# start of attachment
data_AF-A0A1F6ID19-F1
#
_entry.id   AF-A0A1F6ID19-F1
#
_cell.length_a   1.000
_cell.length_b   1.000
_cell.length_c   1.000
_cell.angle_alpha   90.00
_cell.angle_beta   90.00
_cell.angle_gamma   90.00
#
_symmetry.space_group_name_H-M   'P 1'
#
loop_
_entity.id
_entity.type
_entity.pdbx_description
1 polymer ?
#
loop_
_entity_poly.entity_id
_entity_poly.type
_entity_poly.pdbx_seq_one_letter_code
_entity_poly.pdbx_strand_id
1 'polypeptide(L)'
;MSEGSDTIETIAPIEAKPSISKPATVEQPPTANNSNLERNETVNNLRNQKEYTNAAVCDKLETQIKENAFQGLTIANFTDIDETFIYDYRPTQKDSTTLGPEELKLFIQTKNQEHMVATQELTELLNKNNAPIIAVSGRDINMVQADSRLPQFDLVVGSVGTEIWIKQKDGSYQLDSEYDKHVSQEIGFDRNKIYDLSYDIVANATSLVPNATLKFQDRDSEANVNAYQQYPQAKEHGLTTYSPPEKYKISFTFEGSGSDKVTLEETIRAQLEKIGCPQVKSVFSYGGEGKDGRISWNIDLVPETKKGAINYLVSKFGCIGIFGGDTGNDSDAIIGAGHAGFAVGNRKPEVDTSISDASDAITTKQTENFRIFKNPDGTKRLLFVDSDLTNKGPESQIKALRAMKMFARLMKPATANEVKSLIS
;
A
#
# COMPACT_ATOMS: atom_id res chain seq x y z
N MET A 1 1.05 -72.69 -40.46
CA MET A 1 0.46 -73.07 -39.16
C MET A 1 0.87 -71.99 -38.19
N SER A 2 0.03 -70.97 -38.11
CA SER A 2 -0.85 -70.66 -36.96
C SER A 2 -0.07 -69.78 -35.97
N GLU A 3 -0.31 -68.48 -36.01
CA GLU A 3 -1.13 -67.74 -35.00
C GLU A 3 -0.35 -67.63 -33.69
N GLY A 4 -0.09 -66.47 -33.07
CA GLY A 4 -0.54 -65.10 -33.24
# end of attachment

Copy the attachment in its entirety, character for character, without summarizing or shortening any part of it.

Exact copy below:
data_AF-A0A1F6ID19-F1
#
_entry.id   AF-A0A1F6ID19-F1
#
_cell.length_a   1.000
_cell.length_b   1.000
_cell.length_c   1.000
_cell.angle_alpha   90.00
_cell.angle_beta   90.00
_cell.angle_gamma   90.00
#
_symmetry.space_group_name_H-M   'P 1'
#
loop_
_entity.id
_entity.type
_entity.pdbx_description
1 polymer ?
#
loop_
_entity_poly.entity_id
_entity_poly.type
_entity_poly.pdbx_seq_one_letter_code
_entity_poly.pdbx_strand_id
1 'polypeptide(L)'
;MSEGSDTIETIAPIEAKPSISKPATVEQPPTANNSNLERNETVNNLRNQKEYTNAAVCDKLETQIKENAFQGLTIANFTDIDETFIYDYRPTQKDSTTLGPEELKLFIQTKNQEHMVATQELTELLNKNNAPIIAVSGRDINMVQADSRLPQFDLVVGSVGTEIWIKQKDGSYQLDSEYDKHVSQEIGFDRNKIYDLSYDIVANATSLVPNATLKFQDRDSEANVNAYQQYPQAKEHGLTTYSPPEKYKISFTFEGSGSDKVTLEETIRAQLEKIGCPQVKSVFSYGGEGKDGRISWNIDLVPETKKGAINYLVSKFGCIGIFGGDTGNDSDAIIGAGHAGFAVGNRKPEVDTSISDASDAITTKQTENFRIFKNPDGTKRLLFVDSDLTNKGPESQIKALRAMKMFARLMKPATANEVKSLIS
;
A
#
# COMPACT_ATOMS: atom_id res chain seq x y z
N MET A 1 1.05 -72.69 -40.46
CA MET A 1 0.46 -73.07 -39.16
C MET A 1 0.87 -71.99 -38.19
N SER A 2 0.03 -70.97 -38.11
CA SER A 2 -0.85 -70.66 -36.96
C SER A 2 -0.07 -69.78 -35.97
N GLU A 3 -0.31 -68.48 -36.01
CA GLU A 3 -1.13 -67.74 -35.00
C GLU A 3 -0.35 -67.63 -33.69
N GLY A 4 -0.09 -66.47 -33.07
CA GLY A 4 -0.54 -65.10 -33.24